A Kentucky Bill Banning The Death Penalty For Some Mental Illnesses Moves Forward

The bill passed the Judiciary Committee on Wednesday and will now move on to the full House.

click to enlarge Schizophrenia, schizophrenia disorder, bipolar disorder and delusional disorder are the four medical conditions listed in the new bill. - PHOTO: GRANT DURR, UNSPLASH
Photo: Grant Durr, Unsplash
Schizophrenia, schizophrenia disorder, bipolar disorder and delusional disorder are the four medical conditions listed in the new bill.

The Kentucky House has advanced a bill that would ban the death penalty for people diagnosed with certain types of severe mental illness. 

The bill passed the Judiciary Committee on Wednesday and will now move on to the full House. 

Sponsored by Majority Whip Chad McCoy, a Republican from Bardstown, House Bill 269 would ban the death penalty for defendants if, at the time of the offense, they had “active symptoms and a documented history, including a diagnosis” of one or more of four specific medical conditions: Schizophrenia, schizophrenia disorder, bipolar disorder and delusional disorder. 

During the discussion of the bill on Wednesday, Rep. McCoy said that the original version of the bill was modified after he met with Senate leadership, including Senate President Robert Stivers. The changes included adding the requirement of “a documented history, including a diagnosis.” Last year, a similar bill, House Bill 148 passed through the House, but it got stuck in the Senate.

Although House Bill 269 unanimously passed through the House Judiciary Committee on Wednesday, several members voiced their concerns with the changes brought on by the those discussions with Senate leadership. 

Rep. Jason Nemes, a Republican from Louisville, said that he would support the bill because it was a “move forward,” but the amendments to the bill greatly limited what it could accomplish.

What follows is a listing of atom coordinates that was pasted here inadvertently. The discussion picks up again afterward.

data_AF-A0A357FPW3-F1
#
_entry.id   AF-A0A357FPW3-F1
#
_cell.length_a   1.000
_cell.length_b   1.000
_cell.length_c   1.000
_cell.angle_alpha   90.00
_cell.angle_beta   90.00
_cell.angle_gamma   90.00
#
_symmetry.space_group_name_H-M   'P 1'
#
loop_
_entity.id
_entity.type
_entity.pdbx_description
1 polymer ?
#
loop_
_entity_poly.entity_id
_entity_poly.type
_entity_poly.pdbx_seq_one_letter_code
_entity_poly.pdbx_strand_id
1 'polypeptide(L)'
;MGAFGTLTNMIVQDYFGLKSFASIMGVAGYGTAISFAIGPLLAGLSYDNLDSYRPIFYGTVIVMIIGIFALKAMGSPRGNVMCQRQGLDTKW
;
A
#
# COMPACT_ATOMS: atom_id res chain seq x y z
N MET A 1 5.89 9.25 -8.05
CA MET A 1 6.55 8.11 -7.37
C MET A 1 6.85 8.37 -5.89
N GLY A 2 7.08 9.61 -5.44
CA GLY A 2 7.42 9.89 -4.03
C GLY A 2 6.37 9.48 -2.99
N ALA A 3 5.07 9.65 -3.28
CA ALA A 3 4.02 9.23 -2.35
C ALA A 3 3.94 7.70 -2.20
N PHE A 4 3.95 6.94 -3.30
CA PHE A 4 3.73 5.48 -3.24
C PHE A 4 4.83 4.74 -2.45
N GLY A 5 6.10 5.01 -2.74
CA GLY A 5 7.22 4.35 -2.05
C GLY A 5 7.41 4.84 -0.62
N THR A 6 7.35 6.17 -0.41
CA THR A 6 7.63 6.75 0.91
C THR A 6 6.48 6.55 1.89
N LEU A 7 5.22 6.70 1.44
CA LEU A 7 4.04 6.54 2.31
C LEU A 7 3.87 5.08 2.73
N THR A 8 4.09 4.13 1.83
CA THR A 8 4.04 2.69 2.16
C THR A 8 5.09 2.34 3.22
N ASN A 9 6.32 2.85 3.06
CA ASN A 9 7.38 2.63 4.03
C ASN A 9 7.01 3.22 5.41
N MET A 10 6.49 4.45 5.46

“The change, I think, doesn’t make any sense to me, that we’re making — because if you don’t have a diagnosis at the time that you commit the crime, but it’s obvious that you have a mental illness, that you can prove after the fact that you’ve had for a long time, then the state still shouldn’t kill you,” Nemes said.

McCoy said he understood everyone’s concerns about the amendments. 

“I appreciate everybody’s comments — I’m with you 100%,” McCoy said. “If it were up to me, we would get rid of it completely, but we’ve got to crawl before we can walk, and we got to walk before we can run. Let’s take these baby steps.”

“We’re going to take a baby step,” he continued later on after Rep. Attica Scott asked why the bill was limited to only four specific disorders. “Let’s start with these, and let’s see how that goes, and, if the world doesn’t end, maybe we can bring some medical people in to explain some of the other diseases that need to be added in the future, but this is something that I think is a good first step.”

In 2002, the U.S. Supreme Court ruled it unconstitutional to execute someone with an intellectual disability. In 2018, the Kentucky Supreme Court threw out a state law that used an IQ test to determine if defendants have the mental competence to be sentenced to death, establishing new guidelines to assess a defendant.


This story was originally published by CityBeat sister paper LEO Weekly.

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About The Author

Scott Recker, LEO Weekly

Scott Recker, LEO Weekly

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